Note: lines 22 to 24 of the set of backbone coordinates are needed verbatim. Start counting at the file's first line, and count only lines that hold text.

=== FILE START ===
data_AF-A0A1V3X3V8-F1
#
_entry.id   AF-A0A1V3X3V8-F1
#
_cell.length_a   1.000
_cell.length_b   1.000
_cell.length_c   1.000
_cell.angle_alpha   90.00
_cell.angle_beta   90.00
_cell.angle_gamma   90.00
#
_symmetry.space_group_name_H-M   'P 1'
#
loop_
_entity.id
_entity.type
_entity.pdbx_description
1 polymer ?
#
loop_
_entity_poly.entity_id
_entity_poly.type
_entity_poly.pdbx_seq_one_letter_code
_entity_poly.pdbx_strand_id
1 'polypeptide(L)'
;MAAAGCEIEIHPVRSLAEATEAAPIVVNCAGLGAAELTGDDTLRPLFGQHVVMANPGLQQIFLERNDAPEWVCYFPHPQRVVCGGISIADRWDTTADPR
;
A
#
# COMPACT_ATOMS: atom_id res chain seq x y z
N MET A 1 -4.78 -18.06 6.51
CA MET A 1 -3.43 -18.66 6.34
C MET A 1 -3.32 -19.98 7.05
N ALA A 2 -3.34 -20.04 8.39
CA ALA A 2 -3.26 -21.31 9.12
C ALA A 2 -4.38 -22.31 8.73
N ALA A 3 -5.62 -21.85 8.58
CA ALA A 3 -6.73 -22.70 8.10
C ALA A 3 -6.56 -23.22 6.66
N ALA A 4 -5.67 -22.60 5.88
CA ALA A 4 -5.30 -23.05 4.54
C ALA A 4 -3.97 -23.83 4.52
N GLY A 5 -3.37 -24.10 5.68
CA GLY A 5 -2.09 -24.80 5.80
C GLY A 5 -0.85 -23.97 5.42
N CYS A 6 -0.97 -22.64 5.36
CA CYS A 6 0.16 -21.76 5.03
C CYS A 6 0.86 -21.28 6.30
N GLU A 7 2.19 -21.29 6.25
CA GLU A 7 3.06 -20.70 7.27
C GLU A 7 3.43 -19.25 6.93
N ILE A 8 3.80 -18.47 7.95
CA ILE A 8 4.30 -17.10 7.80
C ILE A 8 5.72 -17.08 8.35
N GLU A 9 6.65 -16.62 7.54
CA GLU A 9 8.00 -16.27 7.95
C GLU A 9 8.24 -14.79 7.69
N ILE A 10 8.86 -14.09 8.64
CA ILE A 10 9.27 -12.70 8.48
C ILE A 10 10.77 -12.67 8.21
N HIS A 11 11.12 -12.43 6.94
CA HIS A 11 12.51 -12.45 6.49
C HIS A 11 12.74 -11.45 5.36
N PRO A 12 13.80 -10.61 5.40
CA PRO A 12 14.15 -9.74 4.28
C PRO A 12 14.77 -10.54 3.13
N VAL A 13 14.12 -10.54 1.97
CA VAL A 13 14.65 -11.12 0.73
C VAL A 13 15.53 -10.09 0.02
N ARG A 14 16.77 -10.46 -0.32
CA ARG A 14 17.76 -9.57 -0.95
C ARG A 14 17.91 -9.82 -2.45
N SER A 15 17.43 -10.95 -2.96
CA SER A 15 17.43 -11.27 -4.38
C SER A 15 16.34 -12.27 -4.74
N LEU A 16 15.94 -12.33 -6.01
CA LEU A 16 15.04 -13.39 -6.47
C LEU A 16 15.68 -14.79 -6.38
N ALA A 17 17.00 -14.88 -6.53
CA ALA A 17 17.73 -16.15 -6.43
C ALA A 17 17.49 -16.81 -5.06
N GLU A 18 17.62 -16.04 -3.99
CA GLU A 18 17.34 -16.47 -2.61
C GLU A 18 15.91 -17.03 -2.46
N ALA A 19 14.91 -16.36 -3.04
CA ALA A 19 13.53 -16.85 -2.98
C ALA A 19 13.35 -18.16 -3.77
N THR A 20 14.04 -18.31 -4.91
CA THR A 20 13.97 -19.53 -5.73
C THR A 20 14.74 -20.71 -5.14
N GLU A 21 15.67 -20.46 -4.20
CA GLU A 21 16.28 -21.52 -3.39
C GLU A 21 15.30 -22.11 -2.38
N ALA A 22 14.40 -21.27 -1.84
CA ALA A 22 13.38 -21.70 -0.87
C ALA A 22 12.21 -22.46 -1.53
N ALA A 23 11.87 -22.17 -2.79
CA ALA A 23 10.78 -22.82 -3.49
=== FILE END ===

_entity_poly.type
_entity_poly.pdbx_seq_one_letter_code
_entity_poly.pdbx_strand_id